Price/Cash Flow 2
EV/EBITDA 2
Price/Sales 1
Price/Trailing 10 Year EPS 1
Forward P/E 2
Summary Signal (Average) 1.6

 Relative Valuation*Average of the five relative valuation measures.

Sources: Bloomberg, MSCI

Relative Earnings Prospects

  • Relative price performance and relative earnings growth have historically followed similar paths. S&P 500® Index earnings have been outpacing MSCI Emerging Markets Index earnings since 2008, helping explain S&P 500® Index outperformance. Though, compositional changes to the Index explain much of this underperformance (not fundamentals), and they are unlikely to be repeated.
  • While S&P 500® Index earnings estimates have continued to move up, Emerging Markets earnings estimates have not. It is hard to generalize as there are many cross currents, for example, historically higher commodity prices helped Emerging Markets, but Index exposure to these sectors has shrunk considerably. China’s clampdown on the property sector has dimmed its growth prospects and casts doubt on its official 5.5% GDP growth target in 2022 without more stimulus. And that is the key; should China announce a significant increase in stimulus, we may reconsider our underweight.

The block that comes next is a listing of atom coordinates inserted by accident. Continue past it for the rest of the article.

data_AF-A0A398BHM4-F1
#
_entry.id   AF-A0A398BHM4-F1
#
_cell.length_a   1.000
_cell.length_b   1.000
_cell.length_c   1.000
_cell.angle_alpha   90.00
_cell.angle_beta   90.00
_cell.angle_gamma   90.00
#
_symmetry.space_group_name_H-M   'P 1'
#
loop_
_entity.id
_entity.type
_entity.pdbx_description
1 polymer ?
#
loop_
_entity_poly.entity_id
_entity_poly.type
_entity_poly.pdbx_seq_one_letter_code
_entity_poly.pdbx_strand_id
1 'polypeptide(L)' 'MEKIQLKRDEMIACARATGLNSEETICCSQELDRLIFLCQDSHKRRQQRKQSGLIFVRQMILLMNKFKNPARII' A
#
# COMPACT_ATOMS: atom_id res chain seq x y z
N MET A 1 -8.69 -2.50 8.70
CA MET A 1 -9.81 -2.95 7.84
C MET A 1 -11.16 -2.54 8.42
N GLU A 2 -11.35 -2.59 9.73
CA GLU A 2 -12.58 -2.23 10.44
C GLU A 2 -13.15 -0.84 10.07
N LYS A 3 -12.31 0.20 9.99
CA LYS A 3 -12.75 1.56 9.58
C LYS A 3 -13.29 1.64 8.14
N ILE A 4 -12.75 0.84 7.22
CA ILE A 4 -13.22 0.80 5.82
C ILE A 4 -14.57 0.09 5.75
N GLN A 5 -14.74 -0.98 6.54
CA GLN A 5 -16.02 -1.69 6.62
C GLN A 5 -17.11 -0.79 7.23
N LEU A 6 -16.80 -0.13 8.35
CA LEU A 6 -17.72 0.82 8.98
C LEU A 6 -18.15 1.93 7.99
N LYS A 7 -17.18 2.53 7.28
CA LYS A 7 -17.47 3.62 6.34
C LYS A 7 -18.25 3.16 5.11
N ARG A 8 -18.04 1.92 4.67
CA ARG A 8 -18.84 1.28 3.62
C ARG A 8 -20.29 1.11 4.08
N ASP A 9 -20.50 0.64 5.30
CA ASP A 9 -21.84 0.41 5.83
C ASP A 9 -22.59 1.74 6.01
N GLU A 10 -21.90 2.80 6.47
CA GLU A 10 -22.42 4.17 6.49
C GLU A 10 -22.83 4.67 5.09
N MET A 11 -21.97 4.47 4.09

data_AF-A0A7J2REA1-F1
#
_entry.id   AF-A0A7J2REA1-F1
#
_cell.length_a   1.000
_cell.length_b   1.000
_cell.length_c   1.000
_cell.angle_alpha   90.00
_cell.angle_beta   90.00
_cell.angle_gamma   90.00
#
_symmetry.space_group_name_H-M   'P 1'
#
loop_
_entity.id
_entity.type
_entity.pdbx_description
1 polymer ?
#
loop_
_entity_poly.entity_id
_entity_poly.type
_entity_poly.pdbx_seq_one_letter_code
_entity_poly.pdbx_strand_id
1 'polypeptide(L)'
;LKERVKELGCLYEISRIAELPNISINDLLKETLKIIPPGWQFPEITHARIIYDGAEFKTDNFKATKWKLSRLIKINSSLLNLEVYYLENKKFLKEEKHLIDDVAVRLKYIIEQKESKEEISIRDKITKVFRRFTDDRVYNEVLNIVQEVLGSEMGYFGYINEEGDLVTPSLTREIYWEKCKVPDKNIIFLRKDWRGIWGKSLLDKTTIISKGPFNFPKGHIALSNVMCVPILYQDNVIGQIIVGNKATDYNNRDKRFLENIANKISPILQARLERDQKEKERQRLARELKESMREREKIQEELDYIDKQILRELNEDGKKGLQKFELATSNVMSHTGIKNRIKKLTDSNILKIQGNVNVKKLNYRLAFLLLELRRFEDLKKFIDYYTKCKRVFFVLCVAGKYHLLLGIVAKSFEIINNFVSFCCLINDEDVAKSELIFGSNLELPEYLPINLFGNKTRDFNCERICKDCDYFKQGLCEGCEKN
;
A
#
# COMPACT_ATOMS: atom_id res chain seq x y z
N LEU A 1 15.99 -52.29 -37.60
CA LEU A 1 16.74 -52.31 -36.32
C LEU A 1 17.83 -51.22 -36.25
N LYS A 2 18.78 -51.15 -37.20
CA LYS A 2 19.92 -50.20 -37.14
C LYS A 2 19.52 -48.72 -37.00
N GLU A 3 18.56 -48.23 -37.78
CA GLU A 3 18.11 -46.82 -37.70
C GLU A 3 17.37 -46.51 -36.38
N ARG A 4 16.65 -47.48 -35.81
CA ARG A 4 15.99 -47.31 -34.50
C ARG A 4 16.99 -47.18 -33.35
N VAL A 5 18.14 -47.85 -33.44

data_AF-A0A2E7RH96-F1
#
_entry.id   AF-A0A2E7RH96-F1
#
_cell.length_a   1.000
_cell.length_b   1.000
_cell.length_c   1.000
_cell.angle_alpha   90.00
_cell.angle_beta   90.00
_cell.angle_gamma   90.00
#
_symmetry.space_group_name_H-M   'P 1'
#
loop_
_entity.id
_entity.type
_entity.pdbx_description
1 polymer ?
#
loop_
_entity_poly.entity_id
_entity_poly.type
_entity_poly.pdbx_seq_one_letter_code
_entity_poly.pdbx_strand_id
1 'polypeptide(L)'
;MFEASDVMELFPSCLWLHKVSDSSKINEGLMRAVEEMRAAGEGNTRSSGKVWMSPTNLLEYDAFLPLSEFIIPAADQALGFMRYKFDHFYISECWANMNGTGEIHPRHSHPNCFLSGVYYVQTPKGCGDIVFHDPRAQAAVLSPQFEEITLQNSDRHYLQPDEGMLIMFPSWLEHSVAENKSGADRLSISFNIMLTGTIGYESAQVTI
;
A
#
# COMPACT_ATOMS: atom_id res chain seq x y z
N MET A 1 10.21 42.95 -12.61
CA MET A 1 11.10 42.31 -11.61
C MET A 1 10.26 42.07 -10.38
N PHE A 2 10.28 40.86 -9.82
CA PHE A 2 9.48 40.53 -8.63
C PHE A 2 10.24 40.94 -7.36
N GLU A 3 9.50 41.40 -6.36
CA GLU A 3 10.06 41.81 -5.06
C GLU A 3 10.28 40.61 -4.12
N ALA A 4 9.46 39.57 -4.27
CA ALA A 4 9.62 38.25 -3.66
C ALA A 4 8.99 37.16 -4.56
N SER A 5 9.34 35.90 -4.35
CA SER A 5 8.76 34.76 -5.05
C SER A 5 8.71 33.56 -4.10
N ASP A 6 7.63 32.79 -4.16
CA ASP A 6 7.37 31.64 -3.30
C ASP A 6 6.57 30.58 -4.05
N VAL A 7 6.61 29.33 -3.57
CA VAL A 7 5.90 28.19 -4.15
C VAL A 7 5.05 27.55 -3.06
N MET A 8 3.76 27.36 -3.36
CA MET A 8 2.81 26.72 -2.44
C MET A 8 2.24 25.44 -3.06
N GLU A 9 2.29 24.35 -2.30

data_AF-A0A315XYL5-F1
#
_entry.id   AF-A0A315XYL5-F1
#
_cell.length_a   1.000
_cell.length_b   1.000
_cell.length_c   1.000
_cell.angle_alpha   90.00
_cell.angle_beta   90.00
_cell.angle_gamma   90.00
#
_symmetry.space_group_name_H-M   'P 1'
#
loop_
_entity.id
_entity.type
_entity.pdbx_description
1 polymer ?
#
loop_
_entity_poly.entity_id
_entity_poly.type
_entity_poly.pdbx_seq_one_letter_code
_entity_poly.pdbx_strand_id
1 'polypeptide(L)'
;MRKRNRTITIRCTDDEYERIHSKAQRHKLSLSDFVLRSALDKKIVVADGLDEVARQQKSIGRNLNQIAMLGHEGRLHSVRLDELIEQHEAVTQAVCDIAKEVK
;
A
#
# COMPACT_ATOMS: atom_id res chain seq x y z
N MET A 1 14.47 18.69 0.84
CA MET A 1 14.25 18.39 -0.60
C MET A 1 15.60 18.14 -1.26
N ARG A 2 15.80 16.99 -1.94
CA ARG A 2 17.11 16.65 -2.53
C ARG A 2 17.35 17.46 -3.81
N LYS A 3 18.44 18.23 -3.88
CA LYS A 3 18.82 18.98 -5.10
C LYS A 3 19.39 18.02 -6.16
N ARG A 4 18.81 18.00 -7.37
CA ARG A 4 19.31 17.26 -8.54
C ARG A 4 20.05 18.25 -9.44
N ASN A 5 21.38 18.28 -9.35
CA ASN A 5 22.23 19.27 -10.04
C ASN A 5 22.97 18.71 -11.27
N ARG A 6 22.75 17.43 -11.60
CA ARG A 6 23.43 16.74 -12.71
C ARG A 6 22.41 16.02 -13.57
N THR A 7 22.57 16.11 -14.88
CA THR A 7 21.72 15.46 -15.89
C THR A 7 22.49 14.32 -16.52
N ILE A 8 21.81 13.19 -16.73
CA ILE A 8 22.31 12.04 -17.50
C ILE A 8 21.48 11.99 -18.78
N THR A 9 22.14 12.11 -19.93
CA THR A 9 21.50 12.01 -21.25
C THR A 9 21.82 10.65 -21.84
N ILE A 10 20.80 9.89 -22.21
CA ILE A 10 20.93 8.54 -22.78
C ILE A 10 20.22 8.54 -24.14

Relative Earnings

Sources: Bloomberg, Bloomberg Consensus Estimates, MSCI

Trend in Emerging Markets Currency

  • The MSCI Emerging Markets Index is quoted in U.S. Dollars (USD). As such currency shifts between the USD and Emerging Markets currencies will impact returns directly. Secondarily, Emerging Markets economies can be negatively influenced when the USD rises due to the higher interest burden on debt issued in USD. That said, a freely floating currency may act as a steam valve that over time self regulates the economic impact. The degree of economic impact differs by country and is mostly dependent upon how much debt is issued in USD and the importance of external trade with other countries.
  • While the USD has moved higher relative to developed country currencies, it has remained flat versus Emerging Markets. This is despite more hawkish signals from the Fed and the war in Ukraine. Strength in some Asian currencies has offset weakness seen in central European and Latin American currencies.
 

*Normalization adjusts or rescales the values of different time series to a notionally common scale to allow for comparability.
Source: MSCI

Emerging Markets Perspective

Emerging Markets equities are under represented in a global context given their relative size by other measures.

Sources: *International Monetary Fund (IMF) (2017), **MSCI (February 2022)

Emerging Markets Perspective